CHICAGO (Reuters) - A winter storm brought beneficial rain and snow on Monday to portions of the southern U.S. Plains, where the region’s hard red winter wheat crop has endured months of drought, an agricultural meteorologist said.
The storm produced about 1 inch (2.5 cm) of liquid moisture across northern, central and eastern Kansas, the biggest U.S. wheat-growing state. It also hit Nebraska and northern Colorado.
“Central Kansas definitely got some improvement. But the far southwestern areas are going to be missed,” said Don Keeney, an agricultural meteorologist with Radiant Solutions.
Warmer and drier weather is expected to return to the region this week before another chance for showers next week.
“It will melt rather quickly,” Keeney said, adding that temperatures in Kansas should warm later this week to 70s Fahrenheit (21-26 Celsius).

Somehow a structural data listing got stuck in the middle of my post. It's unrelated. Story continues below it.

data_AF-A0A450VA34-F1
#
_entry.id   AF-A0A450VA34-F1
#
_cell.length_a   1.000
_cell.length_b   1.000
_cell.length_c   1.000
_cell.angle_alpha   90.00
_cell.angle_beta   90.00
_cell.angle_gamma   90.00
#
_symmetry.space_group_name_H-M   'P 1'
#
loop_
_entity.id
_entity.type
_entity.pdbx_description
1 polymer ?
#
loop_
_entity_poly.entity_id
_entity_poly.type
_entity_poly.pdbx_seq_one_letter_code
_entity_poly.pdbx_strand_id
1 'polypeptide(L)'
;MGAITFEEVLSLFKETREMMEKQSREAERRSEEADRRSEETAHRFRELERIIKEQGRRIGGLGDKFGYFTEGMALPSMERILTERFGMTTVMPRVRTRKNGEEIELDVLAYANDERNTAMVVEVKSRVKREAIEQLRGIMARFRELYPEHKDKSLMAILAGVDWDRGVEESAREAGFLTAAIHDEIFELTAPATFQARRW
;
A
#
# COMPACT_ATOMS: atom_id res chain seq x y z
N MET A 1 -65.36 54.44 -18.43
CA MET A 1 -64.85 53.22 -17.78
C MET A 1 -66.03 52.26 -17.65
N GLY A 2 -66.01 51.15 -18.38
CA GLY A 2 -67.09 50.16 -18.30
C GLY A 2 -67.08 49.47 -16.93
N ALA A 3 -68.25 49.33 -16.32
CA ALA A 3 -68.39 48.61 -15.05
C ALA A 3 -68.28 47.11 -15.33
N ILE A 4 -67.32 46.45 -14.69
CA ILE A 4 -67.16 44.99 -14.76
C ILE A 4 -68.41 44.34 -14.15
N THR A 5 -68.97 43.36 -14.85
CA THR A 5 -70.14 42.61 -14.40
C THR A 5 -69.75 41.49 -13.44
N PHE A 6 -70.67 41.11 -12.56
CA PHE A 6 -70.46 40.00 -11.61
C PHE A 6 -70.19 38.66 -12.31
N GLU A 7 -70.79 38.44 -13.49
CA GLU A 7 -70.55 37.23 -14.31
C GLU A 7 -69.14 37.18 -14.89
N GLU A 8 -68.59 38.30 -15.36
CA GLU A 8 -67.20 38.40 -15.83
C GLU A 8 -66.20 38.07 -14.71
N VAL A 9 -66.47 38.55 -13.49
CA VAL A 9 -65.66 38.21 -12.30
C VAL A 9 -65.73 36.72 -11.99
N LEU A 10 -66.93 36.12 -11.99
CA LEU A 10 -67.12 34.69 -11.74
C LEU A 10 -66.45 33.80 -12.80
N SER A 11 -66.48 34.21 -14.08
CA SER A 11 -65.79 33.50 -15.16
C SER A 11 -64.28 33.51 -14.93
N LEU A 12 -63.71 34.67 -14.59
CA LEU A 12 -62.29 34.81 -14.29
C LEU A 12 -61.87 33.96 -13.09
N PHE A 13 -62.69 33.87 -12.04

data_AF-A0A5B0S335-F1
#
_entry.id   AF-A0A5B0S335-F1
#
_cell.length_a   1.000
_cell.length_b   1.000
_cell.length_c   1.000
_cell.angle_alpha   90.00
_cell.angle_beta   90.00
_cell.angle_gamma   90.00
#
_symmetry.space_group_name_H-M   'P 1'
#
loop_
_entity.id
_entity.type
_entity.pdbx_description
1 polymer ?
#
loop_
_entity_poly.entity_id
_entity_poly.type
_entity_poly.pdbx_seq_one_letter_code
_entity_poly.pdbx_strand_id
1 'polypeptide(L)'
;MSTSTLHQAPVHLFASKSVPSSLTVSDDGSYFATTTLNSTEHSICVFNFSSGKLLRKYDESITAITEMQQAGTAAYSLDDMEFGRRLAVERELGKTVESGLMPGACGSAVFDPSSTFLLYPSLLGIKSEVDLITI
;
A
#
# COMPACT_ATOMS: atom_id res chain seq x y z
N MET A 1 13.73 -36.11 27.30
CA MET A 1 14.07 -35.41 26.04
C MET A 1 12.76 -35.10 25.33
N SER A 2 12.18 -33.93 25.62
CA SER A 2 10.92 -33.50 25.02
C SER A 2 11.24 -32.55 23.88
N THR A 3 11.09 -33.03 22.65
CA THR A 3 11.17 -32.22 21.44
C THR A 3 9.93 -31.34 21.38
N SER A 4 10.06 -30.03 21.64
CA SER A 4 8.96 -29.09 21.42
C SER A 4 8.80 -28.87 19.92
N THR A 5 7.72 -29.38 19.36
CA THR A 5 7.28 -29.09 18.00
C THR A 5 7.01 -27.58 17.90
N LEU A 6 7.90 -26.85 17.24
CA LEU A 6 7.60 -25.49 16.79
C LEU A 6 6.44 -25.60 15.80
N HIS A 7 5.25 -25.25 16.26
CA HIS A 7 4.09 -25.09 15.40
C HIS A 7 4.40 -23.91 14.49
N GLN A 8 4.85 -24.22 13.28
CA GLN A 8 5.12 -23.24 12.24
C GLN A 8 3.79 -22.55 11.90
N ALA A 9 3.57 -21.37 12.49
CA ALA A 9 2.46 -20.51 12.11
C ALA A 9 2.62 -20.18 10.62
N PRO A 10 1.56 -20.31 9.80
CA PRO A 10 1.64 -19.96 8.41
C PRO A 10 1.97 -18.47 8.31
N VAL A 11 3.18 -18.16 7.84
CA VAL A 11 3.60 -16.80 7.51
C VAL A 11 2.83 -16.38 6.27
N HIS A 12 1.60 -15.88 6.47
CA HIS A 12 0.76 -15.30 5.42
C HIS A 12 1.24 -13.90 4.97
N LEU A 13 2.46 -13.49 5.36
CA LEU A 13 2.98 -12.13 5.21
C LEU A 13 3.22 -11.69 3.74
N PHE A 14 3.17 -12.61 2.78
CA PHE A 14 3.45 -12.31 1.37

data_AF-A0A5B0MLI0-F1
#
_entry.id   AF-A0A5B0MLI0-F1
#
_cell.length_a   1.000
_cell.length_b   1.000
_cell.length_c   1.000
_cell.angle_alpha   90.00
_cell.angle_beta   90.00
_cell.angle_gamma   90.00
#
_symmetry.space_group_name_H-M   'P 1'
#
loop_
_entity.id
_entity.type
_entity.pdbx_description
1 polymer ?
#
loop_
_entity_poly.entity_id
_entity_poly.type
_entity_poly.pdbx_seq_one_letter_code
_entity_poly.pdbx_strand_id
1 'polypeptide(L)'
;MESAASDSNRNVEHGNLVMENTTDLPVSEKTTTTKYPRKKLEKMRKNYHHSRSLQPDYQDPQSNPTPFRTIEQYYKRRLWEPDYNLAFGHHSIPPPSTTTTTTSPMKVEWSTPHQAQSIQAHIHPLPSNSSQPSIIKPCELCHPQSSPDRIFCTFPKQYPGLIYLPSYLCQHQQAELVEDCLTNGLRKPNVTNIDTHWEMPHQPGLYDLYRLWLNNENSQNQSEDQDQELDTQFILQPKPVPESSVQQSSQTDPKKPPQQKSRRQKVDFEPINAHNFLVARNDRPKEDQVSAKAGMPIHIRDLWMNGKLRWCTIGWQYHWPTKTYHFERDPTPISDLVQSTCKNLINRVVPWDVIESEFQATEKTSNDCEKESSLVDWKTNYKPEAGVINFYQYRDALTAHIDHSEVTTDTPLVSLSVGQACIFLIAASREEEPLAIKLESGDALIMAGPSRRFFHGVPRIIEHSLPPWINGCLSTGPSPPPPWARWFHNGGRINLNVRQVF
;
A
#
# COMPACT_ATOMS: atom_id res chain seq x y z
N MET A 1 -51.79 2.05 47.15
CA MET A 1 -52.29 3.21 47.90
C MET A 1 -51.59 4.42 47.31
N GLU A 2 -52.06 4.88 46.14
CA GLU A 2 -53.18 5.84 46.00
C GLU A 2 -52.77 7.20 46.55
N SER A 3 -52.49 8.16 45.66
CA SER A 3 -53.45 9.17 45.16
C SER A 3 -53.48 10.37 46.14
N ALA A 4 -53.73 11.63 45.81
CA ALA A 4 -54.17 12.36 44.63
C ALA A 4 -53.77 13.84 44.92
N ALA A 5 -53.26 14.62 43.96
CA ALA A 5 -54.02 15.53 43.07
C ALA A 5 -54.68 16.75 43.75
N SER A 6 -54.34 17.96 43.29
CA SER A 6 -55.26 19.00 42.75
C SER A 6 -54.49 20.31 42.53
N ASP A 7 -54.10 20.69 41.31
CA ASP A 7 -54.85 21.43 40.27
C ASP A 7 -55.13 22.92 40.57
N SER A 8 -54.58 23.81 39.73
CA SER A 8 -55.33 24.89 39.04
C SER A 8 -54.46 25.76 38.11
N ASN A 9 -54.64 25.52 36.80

Hard red winter wheat is emerging from dormancy in the southern Plains and resuming growth, a phase when its moisture intake rises. News of the storm sent most-active K.C. May hard red winter wheat futures down nearly 6 percent to $4.70 a bushel, the contract’s lowest in six weeks.
Nearly one-fifth of Kansas was under extreme to exceptional drought as of March 13, conditions not seen in the state since 2014, according to U.S. Drought Monitor data.
Even worse off was Oklahoma, another major winter wheat producer, where 35 percent of the state was in extreme drought. But Monday’s storm and the moisture next week should skip most of western Oklahoma and northern Texas.
“That southwestern corridor, they may get a few light showers next week, but I don’t think we will see any major precipitation there,” Keeney said.
Reporting by Julie Ingwersen; Editing by James Dalgleish